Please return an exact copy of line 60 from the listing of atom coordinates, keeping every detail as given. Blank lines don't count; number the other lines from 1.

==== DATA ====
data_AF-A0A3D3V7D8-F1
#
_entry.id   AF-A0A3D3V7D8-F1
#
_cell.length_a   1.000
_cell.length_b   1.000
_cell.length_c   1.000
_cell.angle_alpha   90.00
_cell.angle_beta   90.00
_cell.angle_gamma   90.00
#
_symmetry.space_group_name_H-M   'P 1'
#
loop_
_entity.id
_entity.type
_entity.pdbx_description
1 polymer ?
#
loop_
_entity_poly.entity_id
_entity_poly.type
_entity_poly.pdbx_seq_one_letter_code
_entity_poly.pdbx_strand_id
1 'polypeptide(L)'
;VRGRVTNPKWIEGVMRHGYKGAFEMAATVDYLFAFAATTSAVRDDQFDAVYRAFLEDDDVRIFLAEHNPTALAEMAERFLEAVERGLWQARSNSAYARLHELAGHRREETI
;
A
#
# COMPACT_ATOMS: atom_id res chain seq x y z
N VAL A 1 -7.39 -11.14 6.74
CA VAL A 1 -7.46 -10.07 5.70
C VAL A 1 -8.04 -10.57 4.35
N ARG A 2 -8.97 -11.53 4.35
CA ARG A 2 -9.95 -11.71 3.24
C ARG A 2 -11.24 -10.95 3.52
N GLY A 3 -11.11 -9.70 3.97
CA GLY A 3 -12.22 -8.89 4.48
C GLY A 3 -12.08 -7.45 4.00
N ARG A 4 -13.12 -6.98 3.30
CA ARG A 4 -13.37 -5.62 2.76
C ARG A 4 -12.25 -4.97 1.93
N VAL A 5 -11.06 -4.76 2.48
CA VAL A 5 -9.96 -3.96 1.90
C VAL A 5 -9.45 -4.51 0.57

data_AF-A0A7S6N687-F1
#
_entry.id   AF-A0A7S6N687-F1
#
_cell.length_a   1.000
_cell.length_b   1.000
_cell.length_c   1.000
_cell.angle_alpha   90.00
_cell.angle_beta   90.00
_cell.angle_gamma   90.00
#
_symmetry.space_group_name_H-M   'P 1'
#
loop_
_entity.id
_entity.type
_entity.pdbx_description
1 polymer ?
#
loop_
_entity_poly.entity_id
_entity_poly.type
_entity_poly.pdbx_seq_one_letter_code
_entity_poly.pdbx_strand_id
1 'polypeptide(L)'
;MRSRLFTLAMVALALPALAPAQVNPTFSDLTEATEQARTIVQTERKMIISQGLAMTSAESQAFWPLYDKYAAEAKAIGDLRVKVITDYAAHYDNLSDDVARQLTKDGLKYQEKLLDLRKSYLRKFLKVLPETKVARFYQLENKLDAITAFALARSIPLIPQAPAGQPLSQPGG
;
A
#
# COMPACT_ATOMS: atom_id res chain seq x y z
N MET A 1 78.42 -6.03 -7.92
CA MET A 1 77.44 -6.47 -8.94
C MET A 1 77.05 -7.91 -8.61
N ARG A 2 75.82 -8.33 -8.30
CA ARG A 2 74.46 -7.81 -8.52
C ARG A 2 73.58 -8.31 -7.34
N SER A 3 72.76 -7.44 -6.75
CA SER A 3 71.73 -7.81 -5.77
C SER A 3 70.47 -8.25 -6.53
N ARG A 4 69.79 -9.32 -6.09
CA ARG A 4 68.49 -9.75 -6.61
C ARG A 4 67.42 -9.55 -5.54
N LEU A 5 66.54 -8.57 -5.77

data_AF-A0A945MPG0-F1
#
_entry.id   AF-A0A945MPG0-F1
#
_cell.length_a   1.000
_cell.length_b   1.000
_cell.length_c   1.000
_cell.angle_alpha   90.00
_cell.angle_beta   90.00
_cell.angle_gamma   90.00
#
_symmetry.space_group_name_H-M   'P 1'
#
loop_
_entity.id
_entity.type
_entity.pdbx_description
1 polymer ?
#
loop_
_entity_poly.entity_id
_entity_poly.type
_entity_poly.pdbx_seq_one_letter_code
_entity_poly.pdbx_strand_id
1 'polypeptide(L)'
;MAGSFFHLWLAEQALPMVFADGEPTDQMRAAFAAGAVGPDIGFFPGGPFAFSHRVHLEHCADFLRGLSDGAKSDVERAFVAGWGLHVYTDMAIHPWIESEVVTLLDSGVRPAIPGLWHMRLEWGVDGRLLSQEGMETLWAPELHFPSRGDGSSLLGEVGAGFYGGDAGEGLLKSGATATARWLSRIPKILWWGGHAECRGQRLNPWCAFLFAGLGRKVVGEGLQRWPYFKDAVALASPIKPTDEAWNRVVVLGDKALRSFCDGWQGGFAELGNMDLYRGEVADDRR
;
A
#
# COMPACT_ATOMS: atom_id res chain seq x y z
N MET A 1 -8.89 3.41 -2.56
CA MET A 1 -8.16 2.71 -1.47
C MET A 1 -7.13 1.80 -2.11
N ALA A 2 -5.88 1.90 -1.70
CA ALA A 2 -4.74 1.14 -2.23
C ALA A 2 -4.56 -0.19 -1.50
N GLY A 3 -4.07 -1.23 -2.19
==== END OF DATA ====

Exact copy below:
_entity.id